"I love you. Come with me. I don't know where we're going yet, but I know I don't want to go anywhere without you."

He moved to set the box on her table and then turned to reach for her. His smile had broadened, but his eyes were serious and full of intent.

"I thought you'd never ask. It's not the end of the world anymore, you know, but this still isn't gonna be easy."

"I think we can manage."

He gently pulled her forward into the curve of his arms to claim her mouth with his own. It felt so good, she could barely focus on his teasing, softly spoken words against her lips.

"As long as you promise not to punish me for insubordination when I beat you at poker."

She smiled and nodded. "I promise I won't ever let you beat me at poker."

He picked her up in his arms, her feet dangling off the floor, laughing into the curve of her neck, and she was again amazed at his strength, and how easily he could soothe her cares away. He pulled back to look at her again, as he let her slide down his body until her toes hit the floor. She saw the moment the laughter left his face and desire rose up to replace it.

He grinned wickedly as he lowered his head to whisper in her ear. "There's one game we both can win."

She sighed with contentment as he kissed her again, his deft hands already tugging up her shirt and caressing the soft skin around her waist. She felt the bed at the back of her knees, and couldn't resist a giggle as he pushed her down upon it. He joined her, and as she gazed up at his familiar, handsome face, she knew that he was the real home she had been missing all her life.

She was finally home.

And everything else they could manage.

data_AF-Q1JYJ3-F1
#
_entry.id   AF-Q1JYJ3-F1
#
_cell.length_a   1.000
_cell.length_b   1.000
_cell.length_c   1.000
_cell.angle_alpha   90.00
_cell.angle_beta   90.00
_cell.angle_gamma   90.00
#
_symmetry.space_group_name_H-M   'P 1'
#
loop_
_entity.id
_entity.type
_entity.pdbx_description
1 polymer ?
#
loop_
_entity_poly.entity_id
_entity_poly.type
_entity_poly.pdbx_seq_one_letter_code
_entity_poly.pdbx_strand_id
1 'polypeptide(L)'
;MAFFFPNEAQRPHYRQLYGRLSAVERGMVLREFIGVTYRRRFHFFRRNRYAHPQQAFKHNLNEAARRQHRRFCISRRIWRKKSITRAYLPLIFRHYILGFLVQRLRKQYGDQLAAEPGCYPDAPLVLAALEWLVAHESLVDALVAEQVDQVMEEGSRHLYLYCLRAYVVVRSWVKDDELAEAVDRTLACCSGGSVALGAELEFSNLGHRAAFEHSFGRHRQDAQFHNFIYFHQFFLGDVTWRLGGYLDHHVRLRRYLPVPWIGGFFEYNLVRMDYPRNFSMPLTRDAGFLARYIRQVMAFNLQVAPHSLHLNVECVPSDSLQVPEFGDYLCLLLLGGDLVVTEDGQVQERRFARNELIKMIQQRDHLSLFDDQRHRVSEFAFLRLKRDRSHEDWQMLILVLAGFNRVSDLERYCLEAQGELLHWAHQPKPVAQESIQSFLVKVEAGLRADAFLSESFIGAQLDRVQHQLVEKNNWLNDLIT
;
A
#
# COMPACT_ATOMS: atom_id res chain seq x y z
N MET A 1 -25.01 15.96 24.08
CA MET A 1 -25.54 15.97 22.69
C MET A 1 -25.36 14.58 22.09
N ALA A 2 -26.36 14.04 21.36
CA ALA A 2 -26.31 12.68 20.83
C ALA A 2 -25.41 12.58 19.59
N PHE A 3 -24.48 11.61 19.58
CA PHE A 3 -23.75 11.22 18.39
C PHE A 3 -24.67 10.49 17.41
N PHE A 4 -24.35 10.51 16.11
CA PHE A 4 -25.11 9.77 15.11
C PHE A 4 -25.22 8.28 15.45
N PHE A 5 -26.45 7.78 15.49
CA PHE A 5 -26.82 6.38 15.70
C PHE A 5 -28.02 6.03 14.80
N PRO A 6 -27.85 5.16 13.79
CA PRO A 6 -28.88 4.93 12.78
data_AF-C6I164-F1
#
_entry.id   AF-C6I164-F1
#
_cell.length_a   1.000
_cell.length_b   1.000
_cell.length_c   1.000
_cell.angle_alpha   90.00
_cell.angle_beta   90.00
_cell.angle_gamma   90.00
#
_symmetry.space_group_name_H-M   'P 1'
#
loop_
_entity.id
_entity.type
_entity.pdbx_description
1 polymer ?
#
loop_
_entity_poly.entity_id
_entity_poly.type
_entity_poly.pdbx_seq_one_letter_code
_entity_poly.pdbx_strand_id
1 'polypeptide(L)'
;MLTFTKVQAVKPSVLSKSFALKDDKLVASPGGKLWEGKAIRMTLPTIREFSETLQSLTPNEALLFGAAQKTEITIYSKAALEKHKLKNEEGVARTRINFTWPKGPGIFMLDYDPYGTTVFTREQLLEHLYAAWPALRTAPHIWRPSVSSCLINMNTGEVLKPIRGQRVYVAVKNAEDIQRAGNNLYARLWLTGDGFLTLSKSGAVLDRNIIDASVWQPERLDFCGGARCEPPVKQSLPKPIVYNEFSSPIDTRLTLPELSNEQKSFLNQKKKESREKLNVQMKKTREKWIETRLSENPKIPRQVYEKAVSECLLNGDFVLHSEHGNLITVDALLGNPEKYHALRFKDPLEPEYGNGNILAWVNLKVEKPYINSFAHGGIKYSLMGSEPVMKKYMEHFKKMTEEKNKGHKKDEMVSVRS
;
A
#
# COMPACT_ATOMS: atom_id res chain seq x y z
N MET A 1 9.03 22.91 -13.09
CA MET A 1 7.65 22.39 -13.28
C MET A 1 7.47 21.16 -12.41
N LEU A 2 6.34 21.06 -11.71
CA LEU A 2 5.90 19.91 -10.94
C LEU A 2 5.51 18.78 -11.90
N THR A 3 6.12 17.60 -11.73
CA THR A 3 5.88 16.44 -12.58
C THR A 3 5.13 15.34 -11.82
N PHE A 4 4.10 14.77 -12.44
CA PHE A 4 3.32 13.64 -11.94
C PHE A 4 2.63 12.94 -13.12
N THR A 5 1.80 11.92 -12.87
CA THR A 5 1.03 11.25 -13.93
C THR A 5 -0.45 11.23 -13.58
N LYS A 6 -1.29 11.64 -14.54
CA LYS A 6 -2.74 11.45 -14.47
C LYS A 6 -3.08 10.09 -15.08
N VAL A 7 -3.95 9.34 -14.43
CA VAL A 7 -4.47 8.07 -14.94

It was her last coherent thought before she lost herself in the heat of his touch.

A/N: I can't believe I actually finished. When I started, I admit that I didn't have much of a plan, but I kept going, plodding along and inspired by all of your lovely reviews and constant support. Big thanks to those who were brave enough to offer critique, I learned and feel like I am a better writer for it. Thank you to those who offered detailed comments, I know that it takes time to do so and it really inspired me to continue. Thanks to everyone who offered squees and love. All reviews I read multiple times and I cherish each and every one! I've been hanging around a few other fanfic categories, and I am very sure that the Mass Effect readers are the absolute BEST (and of course I am partial to the James Vega fans!). All of you have been so very generous with your support, even when I have faltered and bumbled through a few chapters, and even now I falter and bumble and can't find the right words to convey just how very grateful I am.

So, thank you!